There will come a point in Mario Balotelli’s life when realisation will finally dawn. Who knows what will trigger that moment: He may chance upon a clip of himself in full flow, perhaps footage of that wonder goal he fired home against Germany at Euro 2012, and he will reflect upon just how good he was in his prime. Then he will wonder why he didn’t achieve more in his career, why there are so few medals in his collection.
And then it will hit home; he will realise that he is the reason. That point may come long after he retires. If only it would come today.
It is too late to revive his Liverpool career, that much is certain. Manager Jurgen Klopp has told Balotelli (and the world) that he can leave Anfield as soon as he likes. But there won’t be many big clubs that will want to take a chance on him now. And that’s a desperate shame. Watching him traipse around the backwaters of global football, cantering from one pay cheque to another, will be like watching a gifted concert violinist smashing out a bit of Vivaldi on a subway platform.
Whatever you think of his eccentricities, Balotelli could have been a wonderful footballer. He has the generous attributes of someone who has cheekily entered himself into a video game as a private ego-boosting exercise. He is quick enough to play off the shoulder of centre-backs, big and strong enough to hold the ball up alone, clever enough to make space with just a touch or a turn, and impetuous enough to pop the back of the net with the sort of finish that most people wouldn’t even attempt in training.
But those attributes alone are not enough to sustain a career at the top of the European game. They have to be cultivated, they have to be developed, and they have to be allied to a developing tactical understanding. And that means work. Lots of it.
Balotelli has never been too keen on that bit of the job, and the stories of his childish lack of focus in the workplace are legion. But he is 25 now, the start of the horribly slippery slope of adulthood where the years flash by like weeks and you can wake up to find yourself “past it” when you weren’t really ever aware that you were “it” at all. Fewer and fewer managers will take a chance on him now.
The late, great Sir Bobby Robson had a bit of a weakness for a bad boy in his final posting as Newcastle United manager. Convinced in his powers of man-management, he fearlessly took gambles on difficult or troubled players such as Craig Bellamy, Lee Bowyer, Jonathan Woodgate and Kieron Dyer, to name just a few.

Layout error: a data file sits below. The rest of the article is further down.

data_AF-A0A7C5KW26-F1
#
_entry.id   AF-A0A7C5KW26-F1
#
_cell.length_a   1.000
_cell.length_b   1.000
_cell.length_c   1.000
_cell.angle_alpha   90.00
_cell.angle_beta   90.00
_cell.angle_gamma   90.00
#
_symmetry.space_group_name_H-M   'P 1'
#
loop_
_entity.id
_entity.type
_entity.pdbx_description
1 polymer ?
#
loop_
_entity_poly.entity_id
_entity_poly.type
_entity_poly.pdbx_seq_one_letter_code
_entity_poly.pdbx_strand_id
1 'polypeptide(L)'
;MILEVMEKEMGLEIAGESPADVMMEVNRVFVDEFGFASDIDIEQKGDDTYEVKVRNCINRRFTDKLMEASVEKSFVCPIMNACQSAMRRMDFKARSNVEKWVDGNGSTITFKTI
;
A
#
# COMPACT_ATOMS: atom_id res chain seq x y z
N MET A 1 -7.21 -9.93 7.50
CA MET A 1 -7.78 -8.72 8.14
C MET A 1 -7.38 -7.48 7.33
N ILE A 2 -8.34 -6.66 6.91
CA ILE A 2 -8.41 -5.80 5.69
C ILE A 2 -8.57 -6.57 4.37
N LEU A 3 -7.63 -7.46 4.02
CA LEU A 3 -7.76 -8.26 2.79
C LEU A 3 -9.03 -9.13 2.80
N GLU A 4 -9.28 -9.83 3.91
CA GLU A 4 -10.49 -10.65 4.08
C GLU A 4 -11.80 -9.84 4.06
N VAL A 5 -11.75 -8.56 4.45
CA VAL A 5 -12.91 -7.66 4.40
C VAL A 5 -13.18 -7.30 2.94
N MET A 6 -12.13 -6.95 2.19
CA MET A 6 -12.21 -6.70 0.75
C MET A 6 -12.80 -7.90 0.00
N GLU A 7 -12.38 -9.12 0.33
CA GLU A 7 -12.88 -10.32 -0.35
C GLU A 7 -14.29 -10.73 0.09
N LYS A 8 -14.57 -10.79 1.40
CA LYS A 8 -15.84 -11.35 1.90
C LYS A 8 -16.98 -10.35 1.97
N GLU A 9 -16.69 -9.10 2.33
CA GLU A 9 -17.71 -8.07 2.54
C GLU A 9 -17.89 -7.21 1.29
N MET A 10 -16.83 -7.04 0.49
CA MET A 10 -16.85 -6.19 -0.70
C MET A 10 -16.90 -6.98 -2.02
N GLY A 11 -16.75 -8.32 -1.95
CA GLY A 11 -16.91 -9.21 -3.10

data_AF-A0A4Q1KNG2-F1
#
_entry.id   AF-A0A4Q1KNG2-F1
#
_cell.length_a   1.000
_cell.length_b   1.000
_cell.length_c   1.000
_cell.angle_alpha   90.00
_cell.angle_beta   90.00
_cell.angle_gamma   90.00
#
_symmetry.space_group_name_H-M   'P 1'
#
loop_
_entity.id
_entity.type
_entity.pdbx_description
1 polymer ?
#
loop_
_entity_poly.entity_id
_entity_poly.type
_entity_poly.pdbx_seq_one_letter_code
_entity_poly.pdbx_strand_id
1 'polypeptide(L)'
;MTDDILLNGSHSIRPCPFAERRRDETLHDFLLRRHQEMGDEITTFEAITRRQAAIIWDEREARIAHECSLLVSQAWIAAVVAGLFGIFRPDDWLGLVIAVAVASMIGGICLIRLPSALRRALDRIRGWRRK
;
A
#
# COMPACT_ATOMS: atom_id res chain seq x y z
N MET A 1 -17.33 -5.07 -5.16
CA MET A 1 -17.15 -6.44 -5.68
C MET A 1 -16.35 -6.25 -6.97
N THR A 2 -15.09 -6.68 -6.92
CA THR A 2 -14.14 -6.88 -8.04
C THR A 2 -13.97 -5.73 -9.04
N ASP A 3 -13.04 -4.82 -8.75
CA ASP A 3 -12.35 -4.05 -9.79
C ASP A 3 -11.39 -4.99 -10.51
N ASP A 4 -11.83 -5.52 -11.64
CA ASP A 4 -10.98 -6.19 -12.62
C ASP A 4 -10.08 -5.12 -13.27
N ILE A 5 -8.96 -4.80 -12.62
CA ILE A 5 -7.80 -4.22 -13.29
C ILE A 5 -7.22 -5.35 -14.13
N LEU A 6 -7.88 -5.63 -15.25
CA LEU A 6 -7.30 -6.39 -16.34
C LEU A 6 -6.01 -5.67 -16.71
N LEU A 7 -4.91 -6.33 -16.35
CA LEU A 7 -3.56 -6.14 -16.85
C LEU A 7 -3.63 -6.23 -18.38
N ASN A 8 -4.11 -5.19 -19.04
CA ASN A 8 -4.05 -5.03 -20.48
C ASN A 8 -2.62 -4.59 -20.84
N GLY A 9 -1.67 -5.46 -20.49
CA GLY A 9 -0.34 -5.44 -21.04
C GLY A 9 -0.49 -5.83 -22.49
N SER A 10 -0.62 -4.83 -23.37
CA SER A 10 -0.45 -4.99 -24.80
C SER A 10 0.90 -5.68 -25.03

It nearly worked, as well. The Magpies were in the 2003 title race for 32 games before three straight defeats ruined it all. Fifteen months later, Robson was sacked and Dyer, who was reported to have refused to play on the right wing for Robson in that final full season, would later speak of his regret at letting Robson down. There aren’t many managers as brave as Robson now.
Evidently, Klopp has no intention of going down that road and has confirmed the striker has no future at Anfield. He believes very firmly that sweat is the catalyst to turn an average team into a good one. He will almost certainly have watched tapes of Balotelli loping half-heartedly around the pitch waiting for something to happen. Klopp will have heard the stories about Balotelli taking training games so lightly that at one point he got bored and smashed a 40-yard effort past keeper Brad Jones, which would have so much more impressive had Jones not been on Balotelli’s side.
You can’t behave like that in a Klopp team. But more worryingly, for Balotelli at least, you can’t behave like that for any team that has serious aspirations.
Football is faster and harder than ever and more tactically nuanced than ever before. Allowances can occasionally be made for talent; for example, see the relative discrepancies in defensive responsibility across manager Zinedine Zidane’s Real Madrid side. But when was the last time you saw Balotelli do anything that even remotely justified that sort of trust?
Anyone who loves football would love to see Balotelli fulfil his potential. You want talent to express itself, and if it can do so with such joyousness, as we have seen in some of the Italian’s earlier performances, all the better.
You want characters, too, and Balotelli’s complicated personality offers at least five of those. Most of all, you want him to ram all of that vile racist abuse back down the throats of the pond life who dish it out on social media. But the clock is ticking.
Wherever Balotelli goes next, he will need a good, strong manager. Someone who can succeed where Jose Mourinho, Roberto Mancini and Brendan Rodgers have all failed. But ultimately, there’s only so much that any coach can do. It has to come from Balotelli. He’s the only person who can ensure that he doesn’t spend his retirement wondering what might have been.
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